This is Tammy Johnston-Johns' 10th year to be involved in Relay For Life. She's stayed all night, walked with the band and done a lap in her pajamas.
But it's her first year to walk the survivors' lap.
Johns is having some trouble adjusting to the changes cancer has caused in her life.
Tammy Johnston-Johns shows off the wigs she’s acquired since losing her hair during cancer treatment on Friday in her Howland home.
At 41, she's a single mother of two children. She's also the trauma coordinator at St. Joseph Health Center, as well as a former paramedic.
"The hardest part is I have given my whole life, and to sit back and let people do for me isn't easy," Johns said recently at her Howland home.
Johns has lung cancer - small cell carcinoma. But she calls the way it was diagnosed "bizarre."
On a vacation last year, she tried skimboarding, a sport similar to surfing that takes place near the shore. The next day, her back and hips hurt. But instead of going away like the muscle soreness she expected would, the pain continued. She was diagnosed with and treated for sciatica.
Then, in October, she was in a car accident, a hit from behind that totaled her vehicle. Another month later, and there was back pain. She tried the chiropractor, to no avail.
"I got to the point there was so much pain, I thought it can't be sciatica," Johns said.
She thought maybe a ruptured disc was the cause and scheduled a CT scan. It showed a small spot that could've been a calcification or maybe something that was there since birth.
The next test, though, came back "malignant disease, primary source unknown." Johns found out she had cancer in her lung - the formerly unknown primary site, both adrenal glands, a bone in her back and her hip bone.
"You could see it," said Jeanine Miller of the protruding tumor on her friend's hip.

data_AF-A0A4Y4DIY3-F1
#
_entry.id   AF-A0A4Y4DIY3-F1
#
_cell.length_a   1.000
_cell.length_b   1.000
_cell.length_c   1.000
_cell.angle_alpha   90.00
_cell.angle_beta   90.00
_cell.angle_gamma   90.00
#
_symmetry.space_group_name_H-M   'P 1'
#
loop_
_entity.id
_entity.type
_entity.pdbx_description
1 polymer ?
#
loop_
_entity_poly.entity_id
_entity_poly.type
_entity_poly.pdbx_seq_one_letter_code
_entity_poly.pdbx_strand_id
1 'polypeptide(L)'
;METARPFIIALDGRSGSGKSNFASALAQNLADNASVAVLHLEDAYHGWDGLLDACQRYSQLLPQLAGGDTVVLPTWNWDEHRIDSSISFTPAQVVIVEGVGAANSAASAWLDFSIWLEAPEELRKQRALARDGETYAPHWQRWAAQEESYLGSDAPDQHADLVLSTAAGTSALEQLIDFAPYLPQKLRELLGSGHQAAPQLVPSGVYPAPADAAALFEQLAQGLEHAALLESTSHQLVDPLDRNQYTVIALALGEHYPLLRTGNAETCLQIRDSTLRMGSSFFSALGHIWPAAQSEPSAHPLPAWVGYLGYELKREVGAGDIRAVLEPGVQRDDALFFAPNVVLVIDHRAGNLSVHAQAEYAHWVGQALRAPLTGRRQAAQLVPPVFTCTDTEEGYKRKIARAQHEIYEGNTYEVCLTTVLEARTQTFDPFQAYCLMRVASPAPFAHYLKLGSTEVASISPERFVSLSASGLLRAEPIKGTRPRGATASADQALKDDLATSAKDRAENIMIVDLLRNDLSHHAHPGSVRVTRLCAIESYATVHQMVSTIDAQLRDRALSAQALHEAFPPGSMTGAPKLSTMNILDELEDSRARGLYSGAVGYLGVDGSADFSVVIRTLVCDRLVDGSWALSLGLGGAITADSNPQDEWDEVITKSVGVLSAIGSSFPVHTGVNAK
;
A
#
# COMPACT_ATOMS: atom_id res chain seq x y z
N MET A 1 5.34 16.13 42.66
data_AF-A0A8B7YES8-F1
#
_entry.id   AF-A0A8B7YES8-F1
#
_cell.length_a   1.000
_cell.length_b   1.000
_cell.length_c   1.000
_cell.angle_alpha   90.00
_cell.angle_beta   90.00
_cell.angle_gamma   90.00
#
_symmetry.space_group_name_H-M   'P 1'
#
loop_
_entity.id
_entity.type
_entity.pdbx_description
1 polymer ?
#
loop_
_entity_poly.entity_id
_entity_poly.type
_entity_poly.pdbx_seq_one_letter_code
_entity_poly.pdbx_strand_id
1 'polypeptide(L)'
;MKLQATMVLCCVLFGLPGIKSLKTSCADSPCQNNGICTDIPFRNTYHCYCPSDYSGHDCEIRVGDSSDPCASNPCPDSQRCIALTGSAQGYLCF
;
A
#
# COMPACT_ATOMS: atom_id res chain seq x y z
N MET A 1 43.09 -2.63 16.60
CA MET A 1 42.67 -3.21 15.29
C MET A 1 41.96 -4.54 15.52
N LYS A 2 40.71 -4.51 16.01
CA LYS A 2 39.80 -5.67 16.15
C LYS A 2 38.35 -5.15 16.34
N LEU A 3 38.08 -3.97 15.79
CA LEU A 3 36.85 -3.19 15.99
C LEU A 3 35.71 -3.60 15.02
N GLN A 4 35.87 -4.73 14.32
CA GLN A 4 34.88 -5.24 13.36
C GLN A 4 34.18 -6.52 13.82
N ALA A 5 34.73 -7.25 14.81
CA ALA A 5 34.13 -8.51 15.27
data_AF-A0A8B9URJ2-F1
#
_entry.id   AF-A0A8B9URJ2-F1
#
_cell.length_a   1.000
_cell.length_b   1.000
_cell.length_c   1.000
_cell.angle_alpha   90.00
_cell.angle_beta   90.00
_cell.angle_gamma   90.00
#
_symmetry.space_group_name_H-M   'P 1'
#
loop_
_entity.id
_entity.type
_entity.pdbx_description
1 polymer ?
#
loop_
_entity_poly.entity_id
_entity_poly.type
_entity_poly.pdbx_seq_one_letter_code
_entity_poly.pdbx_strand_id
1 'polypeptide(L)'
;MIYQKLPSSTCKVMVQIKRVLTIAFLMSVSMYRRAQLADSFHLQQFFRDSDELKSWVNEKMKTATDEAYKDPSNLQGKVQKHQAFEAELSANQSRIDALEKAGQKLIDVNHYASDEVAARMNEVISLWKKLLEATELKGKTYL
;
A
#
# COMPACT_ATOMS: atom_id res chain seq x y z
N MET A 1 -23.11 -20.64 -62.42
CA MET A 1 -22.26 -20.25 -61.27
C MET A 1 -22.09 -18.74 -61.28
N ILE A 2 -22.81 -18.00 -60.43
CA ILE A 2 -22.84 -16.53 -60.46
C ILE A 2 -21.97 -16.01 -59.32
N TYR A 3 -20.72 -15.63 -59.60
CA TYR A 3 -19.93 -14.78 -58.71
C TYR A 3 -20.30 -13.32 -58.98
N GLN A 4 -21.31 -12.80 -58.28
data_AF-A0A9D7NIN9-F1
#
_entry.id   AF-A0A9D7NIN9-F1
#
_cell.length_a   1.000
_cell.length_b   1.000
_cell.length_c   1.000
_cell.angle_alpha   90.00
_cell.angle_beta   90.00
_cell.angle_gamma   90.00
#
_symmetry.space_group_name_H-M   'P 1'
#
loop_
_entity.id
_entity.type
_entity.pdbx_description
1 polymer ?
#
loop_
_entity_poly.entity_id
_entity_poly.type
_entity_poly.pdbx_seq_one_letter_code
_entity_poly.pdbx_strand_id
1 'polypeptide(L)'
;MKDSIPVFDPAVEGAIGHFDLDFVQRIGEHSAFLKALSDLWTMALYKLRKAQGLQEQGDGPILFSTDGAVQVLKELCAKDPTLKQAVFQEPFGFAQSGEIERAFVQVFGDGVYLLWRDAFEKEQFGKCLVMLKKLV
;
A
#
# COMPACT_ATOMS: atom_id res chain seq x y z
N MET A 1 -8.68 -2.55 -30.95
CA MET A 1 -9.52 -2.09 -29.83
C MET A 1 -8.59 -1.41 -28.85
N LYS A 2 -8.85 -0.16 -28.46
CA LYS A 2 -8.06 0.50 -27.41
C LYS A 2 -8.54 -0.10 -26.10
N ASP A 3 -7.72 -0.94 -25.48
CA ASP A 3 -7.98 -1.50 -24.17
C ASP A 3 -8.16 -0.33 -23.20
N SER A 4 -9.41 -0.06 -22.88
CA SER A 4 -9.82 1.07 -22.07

"I was devastated," Johns said.
She was sent to the Ireland Cancer Center, where an array of films were taken.
"That's when people started to pray for me," Johns said. And she wonders if it's a power that already was working.
Her first tests in Warren showed a spot on the liver. When she went to Cleveland for more tests, the doctor didn't mention it. Naturally, she asked.
"There's nothing on your liver," she was told. She wonders: Was it the interpretation of the physician? A shadow on the film? Or the prayers?
Her mother, Kathy Clark, might have already made her choice on that one.
"We have people praying in California, Florida, all over the U.S.," she said.
Johns went through 10 bouts of radiation. When she began, she was in so much pain that she used a walker and could not put weight on her legs. By the fifth treatment, the walker was history and she was wanting to go back to work.
"She amazes me," Miller said.
"I love my job," Johns responds.
Johns is receiving chemotherapy. She gets it on a Monday, does OK on Tuesday, is "sick as a dog" on Thursday and Friday, and usually returns to work on Friday. She then waits about a month for the next treatment, hoping that her counts are high enough to continue.
The tumor on her chest has shrunk by 70 percent. The support she receives from friends and family, however, keeps growing.
"My friends alone," she said. "I wasn't real popular in high school - I don't know where they all came from."
Her mother helps with the children - Ethan, 10, and Kenley, 6. Miller has moved Johns body when she couldn't move it herself. One friend, who Johns said isn't known for being "lovey-dovey," stops in every day like clockwork. When needed, another friend, Rob, had the driveway cleared of snow by 6 a.m.
"The whole hospital has rallied together," she said, adding the sisters stop her and say they're praying for her.
She's received cards (she cries at every one). There have been fundraising benefits - a bus trip, spaghetti dinner, wine event - and just checks arriving in the mail.
Her Relay team this year is called "Tammy's Troops," and has a camouflage theme.
Her sister, Chrissy VanValien, is her rock, she says. They'll walk side by side in the survivor lap.
"Hopefully, this story will stress the goodness that is out there," Johns said.
And then there are the fun parts - really. Trips to Cleveland she sees as blessings because she gets one-on-one time with whoever drove her there, going out to eat or shopping.
Johns has several different wigs of different styles and colors. One is called her "burlesque." Her friend has added "bling" to the bandannas Johns wears at home, but this survivor wants to look professional, so she wears only wigs to work.
"Everyone that I work with knows I have cancer, so why not have fun?" she said.